Scaling the Wall of Consumer Trust

A recent story about Facebook in USA Today has attracted a lot of attention regarding responsible data use in the social medium. It also underscored a very basic, and troubling, disconnect among consumers about their own role in any online transaction.

The story revealed that Facebook has been able to log all the Web sites its roughly 800 million members visited in the previous three months. In addition, it reportedly tracks the Web activity of millions of non-members after they happen to visit Facebook.

These activities have captured the interest of federal regulators, who are looking into whether Facebook is making too much personal information public. At heart is the tracking debate, and whether consumers should be able to stop advertisers from following wherever they go online.

The potential blow back by consumers could cost Facebook some of its hard-earned loyalty. Facebook’s appeal has been that it serves as a haven for people who want to share personal information with a select group of friends. It “gets” its members by providing them a like-minded forum and then furnishing it with games, fan clubs and other activities that further organize consumers by their values.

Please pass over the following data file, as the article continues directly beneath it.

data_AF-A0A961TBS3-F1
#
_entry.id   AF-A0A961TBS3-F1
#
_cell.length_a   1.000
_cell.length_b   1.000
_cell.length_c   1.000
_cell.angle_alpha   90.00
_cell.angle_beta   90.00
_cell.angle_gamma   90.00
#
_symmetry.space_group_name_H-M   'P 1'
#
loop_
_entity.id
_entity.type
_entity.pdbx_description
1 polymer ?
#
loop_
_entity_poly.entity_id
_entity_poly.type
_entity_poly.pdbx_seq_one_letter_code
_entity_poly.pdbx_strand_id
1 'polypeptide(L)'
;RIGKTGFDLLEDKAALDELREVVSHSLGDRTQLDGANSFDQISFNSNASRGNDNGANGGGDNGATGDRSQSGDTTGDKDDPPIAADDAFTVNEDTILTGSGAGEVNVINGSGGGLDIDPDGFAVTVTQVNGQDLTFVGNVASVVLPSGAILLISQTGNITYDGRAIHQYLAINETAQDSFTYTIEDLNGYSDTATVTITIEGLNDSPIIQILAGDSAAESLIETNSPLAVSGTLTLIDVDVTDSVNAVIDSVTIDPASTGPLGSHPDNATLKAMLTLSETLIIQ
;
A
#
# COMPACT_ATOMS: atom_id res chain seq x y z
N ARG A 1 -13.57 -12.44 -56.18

But no one values being misled, and this brings us to the pertinent Facebook question. Is tracking someone’s activity considered an invasion of privacy and an abuse of consumer trust?

Many variables must be taken into account, but three important points come to mind.

1)   Transparency is critically important. Facebook answered USA Today’s questions about how it compiles data, but there seems to be a pattern wherein the social network reacts to privacy complaints rather than disclosing its practices up front. (Facebook recently settled a complaint that it deceived consumers by promising privacy protection while it actually shared their data.) It is simple: The more clear you are about how you use the personal information customers share with you, the more engaged they will be. They understand not only what you are trying to do, but what’s in it for them.

2)   The Web is not free. Sure, you do not have to pay a subscription to get on Facebook, LinkedIn, or even, but your participation, your searches, your “likes” and dislikes are being used to support revenue in some way. Which leads to the third point…

3)   Consumers still don’t understand the extent of the trade-off central to involvement in social media. When people enter a public site such as Facebook and agree to use its features, they are entering into a transaction. They provide a treasure of personal information—presumably to better serve their needs and aspirations. We in return are to deliver on that expectation, while respecting their trust and not abusing the information we collect.

What is most troubling is consumers may be resigned to excessive use, or misuse, of their personal information. What are loyalty marketers to do? The best start is to simply stick to your values of transparency, reasonable data use and fair value.

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